Users that would like their own WWW personal page can do so under the following conditions:
The file "~/public_html" that our WWW server uses to serve a personal home page must be a symbolic link from your home directory to a work directory that your advisor or group owns. We simply cannot have home directories filling up because people are putting enormous files in their personal home pages. The space you use for your personal home page will be at the expense of space that your advisor or group has purchased for work directories. In light of this, no personal home pages will be allowed in the publicly shared work directories. The space on these disk partitions (/quake/s2 for example) is too valuable to the research groups that share them.
An example of how user Joe (userid = joe) would create his own personal page on /machine/s0/joe would go as follows:
machine:joe% cd /machine/s0/joe machine:joe% mkdir public_html machine:joe% cd machine:joe% ln -s /machine/s0/joe/public_html public_html
Joe would then proceed to add documents to his personal home page in the directory /machine/s0/joe.
The default index file is called "index.html". If this file exists in your personal home page directory it will be the first one accessed when the URL http://www.essc.psu.edu/~yourid is opened. Without an "index.html" file, your personal home page URL will list an index of the files in your public_html directory. This may not necessarily be desirable.
The only information listed on the WWW server concerning ESSC personnel will be the official copies of vitae similar to the ones we use for grant applications. The ESSC WWW server will not list personal home pages, although it will serve them. You can, however, list your personal URL in your mail signature and on your PH (CAC Access Phone Directory server) page using the "url" index item.
Note: The staff of the ESSC Computing Facility reserves the right to remove all or part of a user's personal page with prior notification if the resulting access of those page(s) has an adverse impact on the performance of the WWW server or our network link.
To make files available for anonymous FTP access, copy them to your personal outgoing FTP directory. This FTP directory will be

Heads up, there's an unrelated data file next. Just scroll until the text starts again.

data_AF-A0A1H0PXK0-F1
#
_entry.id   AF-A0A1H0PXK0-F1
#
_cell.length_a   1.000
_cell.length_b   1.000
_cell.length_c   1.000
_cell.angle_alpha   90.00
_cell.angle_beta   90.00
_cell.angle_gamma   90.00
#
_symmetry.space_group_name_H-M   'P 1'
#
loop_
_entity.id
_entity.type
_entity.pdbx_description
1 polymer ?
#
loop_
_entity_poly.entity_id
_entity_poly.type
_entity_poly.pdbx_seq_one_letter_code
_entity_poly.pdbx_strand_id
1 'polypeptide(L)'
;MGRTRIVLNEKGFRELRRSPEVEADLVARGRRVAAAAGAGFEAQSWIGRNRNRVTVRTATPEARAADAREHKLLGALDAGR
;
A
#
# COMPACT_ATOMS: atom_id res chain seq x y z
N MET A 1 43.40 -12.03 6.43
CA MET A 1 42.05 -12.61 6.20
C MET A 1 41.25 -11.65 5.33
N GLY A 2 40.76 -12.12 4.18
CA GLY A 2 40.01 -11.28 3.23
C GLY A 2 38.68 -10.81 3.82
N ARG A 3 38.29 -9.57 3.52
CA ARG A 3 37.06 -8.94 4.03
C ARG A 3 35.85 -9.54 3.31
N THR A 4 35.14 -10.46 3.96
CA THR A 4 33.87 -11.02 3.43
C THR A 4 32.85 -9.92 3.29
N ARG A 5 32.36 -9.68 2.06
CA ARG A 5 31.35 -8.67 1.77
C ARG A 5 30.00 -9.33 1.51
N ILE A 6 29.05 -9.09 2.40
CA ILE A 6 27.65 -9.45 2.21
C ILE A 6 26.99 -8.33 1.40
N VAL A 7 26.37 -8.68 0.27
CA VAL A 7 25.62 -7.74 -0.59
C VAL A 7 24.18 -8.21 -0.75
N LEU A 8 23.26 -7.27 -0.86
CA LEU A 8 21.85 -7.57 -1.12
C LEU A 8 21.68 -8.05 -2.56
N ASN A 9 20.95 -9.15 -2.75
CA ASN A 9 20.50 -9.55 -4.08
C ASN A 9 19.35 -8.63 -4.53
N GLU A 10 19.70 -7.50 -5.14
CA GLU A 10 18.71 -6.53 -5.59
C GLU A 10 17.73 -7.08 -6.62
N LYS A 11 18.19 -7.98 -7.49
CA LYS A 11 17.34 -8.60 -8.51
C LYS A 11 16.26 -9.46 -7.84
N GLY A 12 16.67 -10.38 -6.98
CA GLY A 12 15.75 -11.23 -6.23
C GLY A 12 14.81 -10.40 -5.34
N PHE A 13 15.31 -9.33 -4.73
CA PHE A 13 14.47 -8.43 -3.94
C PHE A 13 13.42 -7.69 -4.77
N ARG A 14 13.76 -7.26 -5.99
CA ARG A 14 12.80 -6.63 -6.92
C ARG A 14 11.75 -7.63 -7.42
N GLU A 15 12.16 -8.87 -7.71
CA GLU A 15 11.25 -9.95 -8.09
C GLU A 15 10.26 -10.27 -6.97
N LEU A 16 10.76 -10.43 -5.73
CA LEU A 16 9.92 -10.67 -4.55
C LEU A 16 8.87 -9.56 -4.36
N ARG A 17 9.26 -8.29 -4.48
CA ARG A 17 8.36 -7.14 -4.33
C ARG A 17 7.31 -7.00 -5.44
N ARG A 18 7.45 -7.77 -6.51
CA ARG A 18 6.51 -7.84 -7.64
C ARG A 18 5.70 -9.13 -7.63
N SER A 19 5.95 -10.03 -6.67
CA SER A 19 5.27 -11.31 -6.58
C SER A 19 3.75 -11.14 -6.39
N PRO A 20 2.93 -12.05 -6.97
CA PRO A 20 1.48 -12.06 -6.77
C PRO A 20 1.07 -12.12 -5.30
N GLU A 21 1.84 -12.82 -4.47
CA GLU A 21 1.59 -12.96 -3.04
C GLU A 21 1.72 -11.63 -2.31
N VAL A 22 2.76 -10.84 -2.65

where you replace "xxx" with either "emsei", "essc", "meteo" or "geosc", depending upon where your home directory is located. (If your home directory is in /home/geosc, replace "xxx" with "geosc"; if your home directory is in /home/essc, replace "xxx" with "essc"; or if your directory is in /home/meteo, replace "xxx" with "meteo") Also, replace "username" with your username.
For example, user Jane Smith, whose username is "smith" and whose home directory is "/home/geosc/smith" would have a personal outgoing FTP directory given by "~ftp/pub/geosc/smith".
Your outgoing FTP directory location is also stored in the environment variable "FTPUSERDIR". You can use this in place of typing the full name of your FTP directory (ie., for the user Jane Smith defined above, typing "cd $FTPUSERDIR" is equivalent to typing "cd ~ftp/pub/geosc/smith".)
So, for Jane Smith to make some of her files available to others via anonymous FTP, she could do either of the following:
cp file1 ~ftp/pub/geosc/smith
cp file1 $FTPUSERDIR
Jane's colleagues would obtain copies of the files she has made available in the above manner by connecting to our FTP server as an anonymous user (username "anonymous") and cding to her outgoing directory (which will be the same name that Jane accessed the directory by, except the leading "~ftp/" is not used -- ie., an FTP user would cd to "/pub/geosc/smith" rather than to "~ftp/pub/geosc/smith"). Here's an example FTP session: